“I’ve always loved working with students,” explained Liz Oxford, the program coordinator for the Chemistry Department Doctoral Program. She has held the job for four years, and in July, she she was honored with the Graduate Student Council’s “Staff Member of the Year” award for the second year in a row.
Oxford’s background mixes chemistry with student mentoring. “For my undergraduate education, I went to Western Washington University and I completed two degrees - chemistry and sociology. When I was an undergrad, I was an undergraduate adviser, a peer mentor, resident adviser, teaching assistant… I loved the chemistry but I also loved interacting with the students.”
Upon graduating from Western Washington, Oxford moved to Arizona. At first, she worked as a bench chemist, working on solar films. Upon a recommendation from a friend, she decided to apply for an academic advising position in the University of Arizona Ecology and Evolutionary Biology Department, where she advised undergraduates, held one-on-one advising meetings, and organized all student registration. About halfway through her seven years there, she took over the graduate program, as well. “I really liked working with graduate students,” she said. “I went to every single thesis defense. I loved feeling like I knew every student.”
Soon after Oxford moved to Michigan, the Graduate Program Coordinator position opened up and she was excited to apply given her chemistry background and her love of working with graduate students. She has enjoyed her last four years at Michigan, helping students on their doctoral program journeys.
“The students are the best part of my job, by far. Interaction-wise, I just like the variability. I love that students trust me, that you guys believe me when I say that I have your best interests at heart.”
In addition to advising current students, Oxford also runs recruitment events such as M|CORE, a fall visit to encourage underrepresented students to apply to Michigan Chemistry. In addition to planning individual visits for students to visit the department, she manages the nuts-and-bolts of the doctoral program application process.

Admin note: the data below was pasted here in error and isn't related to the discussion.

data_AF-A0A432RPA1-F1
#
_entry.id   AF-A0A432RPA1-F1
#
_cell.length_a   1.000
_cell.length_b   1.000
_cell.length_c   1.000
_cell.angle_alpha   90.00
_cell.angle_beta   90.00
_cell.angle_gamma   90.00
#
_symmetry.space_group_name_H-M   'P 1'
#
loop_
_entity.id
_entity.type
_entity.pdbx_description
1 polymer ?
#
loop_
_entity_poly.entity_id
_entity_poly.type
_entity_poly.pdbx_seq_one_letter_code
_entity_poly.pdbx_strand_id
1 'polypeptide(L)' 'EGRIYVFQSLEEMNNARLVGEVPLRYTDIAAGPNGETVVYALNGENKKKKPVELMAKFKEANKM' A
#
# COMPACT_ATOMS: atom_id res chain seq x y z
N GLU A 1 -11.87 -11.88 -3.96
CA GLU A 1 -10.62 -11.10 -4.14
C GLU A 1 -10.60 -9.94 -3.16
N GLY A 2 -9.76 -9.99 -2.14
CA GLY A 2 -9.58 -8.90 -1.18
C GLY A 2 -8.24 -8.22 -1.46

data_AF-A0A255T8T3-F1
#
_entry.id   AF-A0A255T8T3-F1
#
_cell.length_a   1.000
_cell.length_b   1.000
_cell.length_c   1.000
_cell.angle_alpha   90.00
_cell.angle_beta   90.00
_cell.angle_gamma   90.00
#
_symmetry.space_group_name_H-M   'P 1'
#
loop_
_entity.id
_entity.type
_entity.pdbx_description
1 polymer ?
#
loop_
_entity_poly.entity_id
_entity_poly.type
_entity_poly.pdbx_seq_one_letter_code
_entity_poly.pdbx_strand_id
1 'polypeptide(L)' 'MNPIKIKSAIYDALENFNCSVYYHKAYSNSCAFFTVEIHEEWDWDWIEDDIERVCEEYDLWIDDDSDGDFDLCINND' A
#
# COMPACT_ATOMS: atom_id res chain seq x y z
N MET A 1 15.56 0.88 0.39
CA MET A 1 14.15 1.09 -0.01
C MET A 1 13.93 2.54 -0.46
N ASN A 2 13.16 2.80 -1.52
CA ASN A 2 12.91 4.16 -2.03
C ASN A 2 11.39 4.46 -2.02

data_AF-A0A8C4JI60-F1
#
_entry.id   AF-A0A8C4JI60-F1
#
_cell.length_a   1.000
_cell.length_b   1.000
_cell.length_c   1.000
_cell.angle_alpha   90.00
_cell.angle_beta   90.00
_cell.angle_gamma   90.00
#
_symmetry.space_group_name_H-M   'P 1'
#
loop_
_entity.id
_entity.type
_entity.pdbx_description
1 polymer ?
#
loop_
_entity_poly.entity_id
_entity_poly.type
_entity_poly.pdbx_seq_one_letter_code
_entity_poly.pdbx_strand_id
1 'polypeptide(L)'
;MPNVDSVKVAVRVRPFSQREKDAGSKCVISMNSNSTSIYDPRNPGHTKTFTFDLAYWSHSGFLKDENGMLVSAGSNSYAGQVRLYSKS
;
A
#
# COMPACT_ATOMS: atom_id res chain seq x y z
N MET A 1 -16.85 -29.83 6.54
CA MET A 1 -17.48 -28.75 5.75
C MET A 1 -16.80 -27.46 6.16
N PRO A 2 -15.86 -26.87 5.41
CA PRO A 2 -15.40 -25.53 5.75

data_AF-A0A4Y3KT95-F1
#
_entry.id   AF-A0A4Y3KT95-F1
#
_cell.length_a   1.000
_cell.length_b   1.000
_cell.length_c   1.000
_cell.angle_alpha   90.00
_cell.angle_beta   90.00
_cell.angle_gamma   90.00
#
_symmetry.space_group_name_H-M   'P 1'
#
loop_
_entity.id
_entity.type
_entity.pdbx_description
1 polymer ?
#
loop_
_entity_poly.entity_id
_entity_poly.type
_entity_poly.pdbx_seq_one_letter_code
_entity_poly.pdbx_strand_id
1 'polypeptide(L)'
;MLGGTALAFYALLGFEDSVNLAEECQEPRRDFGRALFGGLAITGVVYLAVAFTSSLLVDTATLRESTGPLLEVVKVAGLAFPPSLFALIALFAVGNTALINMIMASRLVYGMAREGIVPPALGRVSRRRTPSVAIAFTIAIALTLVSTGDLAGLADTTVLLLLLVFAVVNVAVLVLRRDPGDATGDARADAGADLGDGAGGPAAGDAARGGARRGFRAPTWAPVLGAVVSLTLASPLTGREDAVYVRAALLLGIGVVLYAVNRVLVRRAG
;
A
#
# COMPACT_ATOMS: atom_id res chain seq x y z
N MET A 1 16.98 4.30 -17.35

She also coordinates prospective-student visit weekends during the Winter semester which involves organizing flights, meals, meetings and activities for hundreds of students. “It’s nice being in a position where people trust what you tell them, and know you care about their success, so they take what you tell them seriously,” she said when speaking about encouraging students to join the department.
Oxford has also launched a new program that will begin this fall—a graduate student mentoring program that matches first-year students with senior graduate students in order to give advice and support during the crucial beginning of the PhD program.
“I don’t know what it’s like to be a PhD student, but I feel like I know you guys very well. And I get to know you better every year… People are able to know that there is someone here who they can go to, to not just fill out a form, but to stand by them, to listen to them, and to try to come up with a solution.”
--Taylor Soucy is a 2nd year graduate student in the McCrory Lab.